A more contagious variant of the coronavirus has recently emerged from England just as countries begin to roll out vaccines, sparking concern over another deadly outbreak.
United Kingdom Prime Minister Boris Johnson implemented a strict lockdown to contain the virus’s spread, as the new variant was reportedly responsible for 60 percent of new cases in London, according to England’s chief medical officers, which roughly doubled in the last week.
Johnson also said that the variant appeared to be 70 percent more contagious than other variants of the coronavirus, making it a highly transmissible form of the virus. But, the estimate is speculative and has not been confirmed by scientific experiments.
While it’s common for viruses to mutate over time, as the coronavirus has slowly mutated since the start of the pandemic, scientists find the new variant “worrisome,” according to Dr. Barry Bloom, professor of immunology and infectious diseases and former dean at the Harvard School of Public Health, since it has several mutations which can change the viruses overall behavior, helping it adapt and grow more resistant.
“What’s striking here, is there are a very large number of mutations in a virus that… has not obviously evolved from anything we know about. So getting 14 new mutations in a new variant strain, instead of one or two, is what makes this worrisome,” Bloom said.
Scientists, however, pointed out that there is no evidence that suggests the variant is more deadly or makes people sicker.
“The fact that we’re seeing this new variant is not surprising. Evolutionary pressures will continue to select for viral strains that spread with greater facility,” Dr. John Swartzberg, a professor emeritus of infectious diseases and vaccinology at the University of California-Berkeley, said in an interview via email.
The new variant has also been detected in Denmark, Belgium, the Netherlands and Australia, according to the World Health Organization, and a similar version has circulated in South Africa, revealing one of the mutations seen in the British variant.
“The evidence to date suggests it spreads with greater facility, perhaps by allowing it to enter the cells easier,” Swartzberg added. “There is no evidence that it causes more (or less) morbidity or mortality. There is also no evidence to date that suggests it will not respond to our vaccines or alter the sensitivity of our diagnostic testing.”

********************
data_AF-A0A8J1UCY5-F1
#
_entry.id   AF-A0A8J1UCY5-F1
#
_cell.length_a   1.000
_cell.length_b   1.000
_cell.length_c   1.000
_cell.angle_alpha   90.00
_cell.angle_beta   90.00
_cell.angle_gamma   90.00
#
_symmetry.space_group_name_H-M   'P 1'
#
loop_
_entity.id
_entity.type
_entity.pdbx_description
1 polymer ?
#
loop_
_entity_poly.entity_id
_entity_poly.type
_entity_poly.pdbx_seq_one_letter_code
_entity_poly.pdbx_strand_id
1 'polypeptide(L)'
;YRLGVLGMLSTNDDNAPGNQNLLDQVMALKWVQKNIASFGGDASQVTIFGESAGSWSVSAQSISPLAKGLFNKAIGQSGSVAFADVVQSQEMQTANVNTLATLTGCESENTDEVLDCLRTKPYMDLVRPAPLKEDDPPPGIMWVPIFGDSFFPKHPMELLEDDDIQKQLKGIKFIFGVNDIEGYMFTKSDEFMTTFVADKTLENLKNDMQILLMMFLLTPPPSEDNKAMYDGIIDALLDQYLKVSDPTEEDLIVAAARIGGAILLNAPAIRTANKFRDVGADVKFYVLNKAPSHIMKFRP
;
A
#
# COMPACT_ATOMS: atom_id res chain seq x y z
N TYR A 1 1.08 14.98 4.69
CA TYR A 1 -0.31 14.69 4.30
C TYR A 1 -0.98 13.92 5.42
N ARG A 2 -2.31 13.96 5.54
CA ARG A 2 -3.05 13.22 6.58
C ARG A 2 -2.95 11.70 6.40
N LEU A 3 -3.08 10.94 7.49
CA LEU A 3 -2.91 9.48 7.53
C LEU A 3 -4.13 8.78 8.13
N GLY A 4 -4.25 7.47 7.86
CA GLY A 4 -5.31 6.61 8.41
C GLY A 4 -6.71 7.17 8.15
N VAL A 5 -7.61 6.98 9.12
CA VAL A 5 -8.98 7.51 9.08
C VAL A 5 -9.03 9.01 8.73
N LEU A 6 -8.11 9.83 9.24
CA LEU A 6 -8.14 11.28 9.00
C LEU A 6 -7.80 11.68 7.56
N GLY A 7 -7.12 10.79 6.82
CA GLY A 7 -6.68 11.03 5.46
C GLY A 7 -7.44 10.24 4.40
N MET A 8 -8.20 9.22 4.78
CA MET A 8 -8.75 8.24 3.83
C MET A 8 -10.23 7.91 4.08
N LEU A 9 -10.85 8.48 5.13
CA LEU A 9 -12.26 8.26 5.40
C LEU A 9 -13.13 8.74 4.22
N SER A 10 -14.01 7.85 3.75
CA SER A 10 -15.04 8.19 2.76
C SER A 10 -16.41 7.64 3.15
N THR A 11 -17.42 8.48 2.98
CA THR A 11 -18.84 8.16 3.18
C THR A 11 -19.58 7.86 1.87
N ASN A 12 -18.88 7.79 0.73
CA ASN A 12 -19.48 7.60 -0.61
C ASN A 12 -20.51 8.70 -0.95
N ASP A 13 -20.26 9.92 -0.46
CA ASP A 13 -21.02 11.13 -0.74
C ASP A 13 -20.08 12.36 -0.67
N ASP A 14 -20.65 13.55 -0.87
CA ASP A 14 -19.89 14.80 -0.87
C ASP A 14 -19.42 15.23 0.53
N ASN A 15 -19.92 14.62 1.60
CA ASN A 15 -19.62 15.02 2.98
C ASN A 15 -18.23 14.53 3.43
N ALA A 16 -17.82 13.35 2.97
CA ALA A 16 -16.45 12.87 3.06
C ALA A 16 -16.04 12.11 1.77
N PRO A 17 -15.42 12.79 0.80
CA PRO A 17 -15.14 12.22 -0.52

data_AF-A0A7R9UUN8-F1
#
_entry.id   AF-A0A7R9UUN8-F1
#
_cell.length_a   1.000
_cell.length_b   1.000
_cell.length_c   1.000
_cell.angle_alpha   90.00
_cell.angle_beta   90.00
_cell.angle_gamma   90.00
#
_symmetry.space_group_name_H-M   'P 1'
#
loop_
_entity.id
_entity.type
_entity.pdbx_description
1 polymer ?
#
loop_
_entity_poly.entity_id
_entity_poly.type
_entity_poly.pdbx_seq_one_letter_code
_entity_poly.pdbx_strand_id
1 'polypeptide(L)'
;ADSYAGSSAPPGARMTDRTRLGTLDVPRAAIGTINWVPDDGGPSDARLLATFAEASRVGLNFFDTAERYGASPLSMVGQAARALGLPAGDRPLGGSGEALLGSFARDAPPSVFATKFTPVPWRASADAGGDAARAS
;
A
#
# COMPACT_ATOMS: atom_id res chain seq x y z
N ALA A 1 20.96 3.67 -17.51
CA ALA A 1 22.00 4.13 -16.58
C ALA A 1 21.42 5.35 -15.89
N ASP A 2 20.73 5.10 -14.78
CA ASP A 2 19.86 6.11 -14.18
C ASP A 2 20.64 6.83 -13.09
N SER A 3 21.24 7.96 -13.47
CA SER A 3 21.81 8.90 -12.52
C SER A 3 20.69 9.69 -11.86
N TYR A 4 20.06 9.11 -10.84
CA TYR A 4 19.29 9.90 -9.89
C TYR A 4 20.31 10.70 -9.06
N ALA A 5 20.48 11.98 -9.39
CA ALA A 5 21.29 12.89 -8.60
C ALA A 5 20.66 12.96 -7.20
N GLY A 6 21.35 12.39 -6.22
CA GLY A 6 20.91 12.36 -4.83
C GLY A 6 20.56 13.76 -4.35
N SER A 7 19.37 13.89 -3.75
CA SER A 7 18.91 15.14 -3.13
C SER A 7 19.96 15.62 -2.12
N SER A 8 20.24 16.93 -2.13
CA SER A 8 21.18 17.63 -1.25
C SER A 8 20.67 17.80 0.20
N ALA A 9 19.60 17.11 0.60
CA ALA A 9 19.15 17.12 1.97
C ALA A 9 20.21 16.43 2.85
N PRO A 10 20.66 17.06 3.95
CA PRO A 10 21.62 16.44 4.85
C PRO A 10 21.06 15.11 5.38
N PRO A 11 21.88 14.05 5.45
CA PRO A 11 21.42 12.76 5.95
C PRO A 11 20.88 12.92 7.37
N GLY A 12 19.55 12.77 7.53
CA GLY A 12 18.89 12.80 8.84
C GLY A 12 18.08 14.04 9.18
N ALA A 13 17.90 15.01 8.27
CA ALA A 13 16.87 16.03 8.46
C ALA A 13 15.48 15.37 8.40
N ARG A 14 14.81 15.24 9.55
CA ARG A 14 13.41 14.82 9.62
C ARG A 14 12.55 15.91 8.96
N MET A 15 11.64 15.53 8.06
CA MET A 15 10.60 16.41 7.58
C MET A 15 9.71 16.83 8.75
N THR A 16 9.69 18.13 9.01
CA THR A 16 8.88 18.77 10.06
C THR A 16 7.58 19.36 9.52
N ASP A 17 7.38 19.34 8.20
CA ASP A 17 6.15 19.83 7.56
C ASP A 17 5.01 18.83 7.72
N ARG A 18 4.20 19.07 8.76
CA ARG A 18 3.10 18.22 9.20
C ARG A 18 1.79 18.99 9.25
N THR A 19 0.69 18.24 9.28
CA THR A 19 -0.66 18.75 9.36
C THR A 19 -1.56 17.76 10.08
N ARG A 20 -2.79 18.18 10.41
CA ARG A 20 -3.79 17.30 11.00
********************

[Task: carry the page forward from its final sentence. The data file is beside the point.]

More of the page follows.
BioNTech chief executive Ugur Sahin said Monday that he was confident that the coronavirus vaccine developed by Pfizer and his company would be effective in combating the new variant circulating in Britain. Scientists have also echoed these remarks, but are currently researching the issue.
With coronavirus cases almost at eighty million worldwide, multiple countries have imposed restrictions or banned travelers from the U.K. to avoid a repeat of the early days of the pandemic when the infection took an explosive rampage across the globe.
Saudi Arabia declared a one-week ban on all international travel. Austria, Belgium, Bulgaria, France, Germany, Ireland, Italy and the Netherlands have all announced some type of restrictions on travel. U.K. travelers arriving to Germany were kept at airports over the weekend. Poland started suspending flights this week.
Other countries like Canada, India, Iran and Russia also announced a new round of restrictions.
But the European Commission advised European Union members to lift the temporary bans and proceed with all essential traveling, suggesting that testing or mandatory quarantines would work better.
The United States has not imposed travel restrictions involving the country, and scientists have indicated that it might be too late.
“I suspect the horse is already out of the barn,” Swartzberg said, adding that the new variant “has been circulating in Britain for a while.”
“Given the travel between these two countries, it’s likely that strain has been introduced here on multiple occasions. Still, precautions would be appropriate. Banning travel is the most draconian,” he said.
Swartzberg and Bloom offered a different approach to a travel ban that was similar to what the commission suggested on Tuesday to European Union members, like forcing people from Britain to quarantine for ten to fourteen days upon arrival into the U.S.
New York Gov. Andrew Cuomo (D) called on the federal government to initiate restrictions, emphasizing that “right now, this variant in the U.K. is getting on a plane and flying to J.F.K.” Cuomo also noted that it might be too late, as it’s likely the variant has already infiltrated the borders of the United States.
But with record-high hospitalizations in America, this new variant is especially concerning since health care workers are overwhelmed and the quality of patient care has dwindled, as some hospital systems are at or near full capacity.
“We are approaching a hospital crisis in many states, and that means turning people away to die at home,” Bloom said. “Something I can’t believe I would ever see in the United States.”
Rachel Bucchino is a reporter at the National Interest. Her work has appeared in The Washington Post, U.S. News & World Report and The Hill.